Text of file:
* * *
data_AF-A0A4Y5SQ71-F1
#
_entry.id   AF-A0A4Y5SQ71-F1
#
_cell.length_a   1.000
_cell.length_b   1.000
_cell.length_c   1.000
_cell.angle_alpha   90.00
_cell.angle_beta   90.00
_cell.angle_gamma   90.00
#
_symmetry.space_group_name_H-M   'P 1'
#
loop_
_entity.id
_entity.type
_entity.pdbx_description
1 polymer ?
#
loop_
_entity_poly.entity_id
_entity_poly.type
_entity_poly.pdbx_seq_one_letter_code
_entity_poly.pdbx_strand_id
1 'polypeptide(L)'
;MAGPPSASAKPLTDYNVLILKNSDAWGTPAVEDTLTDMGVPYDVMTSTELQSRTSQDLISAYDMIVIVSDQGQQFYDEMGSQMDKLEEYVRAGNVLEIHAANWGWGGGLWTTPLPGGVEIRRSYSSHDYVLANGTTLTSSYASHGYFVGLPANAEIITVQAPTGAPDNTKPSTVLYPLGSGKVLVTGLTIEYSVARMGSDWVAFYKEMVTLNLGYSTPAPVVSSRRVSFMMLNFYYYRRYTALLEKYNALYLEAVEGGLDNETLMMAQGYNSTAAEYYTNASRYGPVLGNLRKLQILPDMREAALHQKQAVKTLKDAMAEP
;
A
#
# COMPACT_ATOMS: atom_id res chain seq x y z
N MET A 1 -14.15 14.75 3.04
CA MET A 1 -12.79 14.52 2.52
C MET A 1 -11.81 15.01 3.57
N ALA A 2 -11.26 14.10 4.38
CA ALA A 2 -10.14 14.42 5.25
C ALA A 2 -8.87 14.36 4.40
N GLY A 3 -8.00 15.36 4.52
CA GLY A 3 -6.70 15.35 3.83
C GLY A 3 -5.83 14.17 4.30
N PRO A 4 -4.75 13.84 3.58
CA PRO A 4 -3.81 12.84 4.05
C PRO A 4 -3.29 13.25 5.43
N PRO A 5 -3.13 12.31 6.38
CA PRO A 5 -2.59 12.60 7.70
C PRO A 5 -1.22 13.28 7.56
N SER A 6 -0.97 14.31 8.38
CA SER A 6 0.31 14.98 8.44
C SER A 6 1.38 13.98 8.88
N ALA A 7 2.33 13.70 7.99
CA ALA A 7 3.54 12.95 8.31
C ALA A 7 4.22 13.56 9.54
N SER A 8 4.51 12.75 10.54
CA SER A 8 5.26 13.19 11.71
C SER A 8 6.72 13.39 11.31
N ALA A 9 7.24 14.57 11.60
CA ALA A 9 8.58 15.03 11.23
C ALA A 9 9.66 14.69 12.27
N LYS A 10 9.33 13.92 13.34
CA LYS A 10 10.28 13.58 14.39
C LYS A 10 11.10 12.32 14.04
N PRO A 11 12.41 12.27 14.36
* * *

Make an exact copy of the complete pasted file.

data_AF-A0A4Y5SQ71-F1
#
_entry.id   AF-A0A4Y5SQ71-F1
#
_cell.length_a   1.000
_cell.length_b   1.000
_cell.length_c   1.000
_cell.angle_alpha   90.00
_cell.angle_beta   90.00
_cell.angle_gamma   90.00
#
_symmetry.space_group_name_H-M   'P 1'
#
loop_
_entity.id
_entity.type
_entity.pdbx_description
1 polymer ?
#
loop_
_entity_poly.entity_id
_entity_poly.type
_entity_poly.pdbx_seq_one_letter_code
_entity_poly.pdbx_strand_id
1 'polypeptide(L)'
;MAGPPSASAKPLTDYNVLILKNSDAWGTPAVEDTLTDMGVPYDVMTSTELQSRTSQDLISAYDMIVIVSDQGQQFYDEMGSQMDKLEEYVRAGNVLEIHAANWGWGGGLWTTPLPGGVEIRRSYSSHDYVLANGTTLTSSYASHGYFVGLPANAEIITVQAPTGAPDNTKPSTVLYPLGSGKVLVTGLTIEYSVARMGSDWVAFYKEMVTLNLGYSTPAPVVSSRRVSFMMLNFYYYRRYTALLEKYNALYLEAVEGGLDNETLMMAQGYNSTAAEYYTNASRYGPVLGNLRKLQILPDMREAALHQKQAVKTLKDAMAEP
;
A
#
# COMPACT_ATOMS: atom_id res chain seq x y z
N MET A 1 -14.15 14.75 3.04
CA MET A 1 -12.79 14.52 2.52
C MET A 1 -11.81 15.01 3.57
N ALA A 2 -11.26 14.10 4.38
CA ALA A 2 -10.14 14.42 5.25
C ALA A 2 -8.87 14.36 4.40
N GLY A 3 -8.00 15.36 4.52
CA GLY A 3 -6.70 15.35 3.83
C GLY A 3 -5.83 14.17 4.30
N PRO A 4 -4.75 13.84 3.58
CA PRO A 4 -3.81 12.84 4.05
C PRO A 4 -3.29 13.25 5.43
N PRO A 5 -3.13 12.31 6.38
CA PRO A 5 -2.59 12.60 7.70
C PRO A 5 -1.22 13.28 7.56
N SER A 6 -0.97 14.31 8.38
CA SER A 6 0.31 14.98 8.44
C SER A 6 1.38 13.98 8.88
N ALA A 7 2.33 13.70 7.99
CA ALA A 7 3.54 12.95 8.31
C ALA A 7 4.22 13.56 9.54
N SER A 8 4.51 12.75 10.54
CA SER A 8 5.26 13.19 11.71
C SER A 8 6.72 13.39 11.31
N ALA A 9 7.24 14.57 11.60
CA ALA A 9 8.58 15.03 11.23
C ALA A 9 9.66 14.69 12.27
N LYS A 10 9.33 13.92 13.34
CA LYS A 10 10.28 13.58 14.39
C LYS A 10 11.10 12.32 14.04
N PRO A 11 12.41 12.27 14.36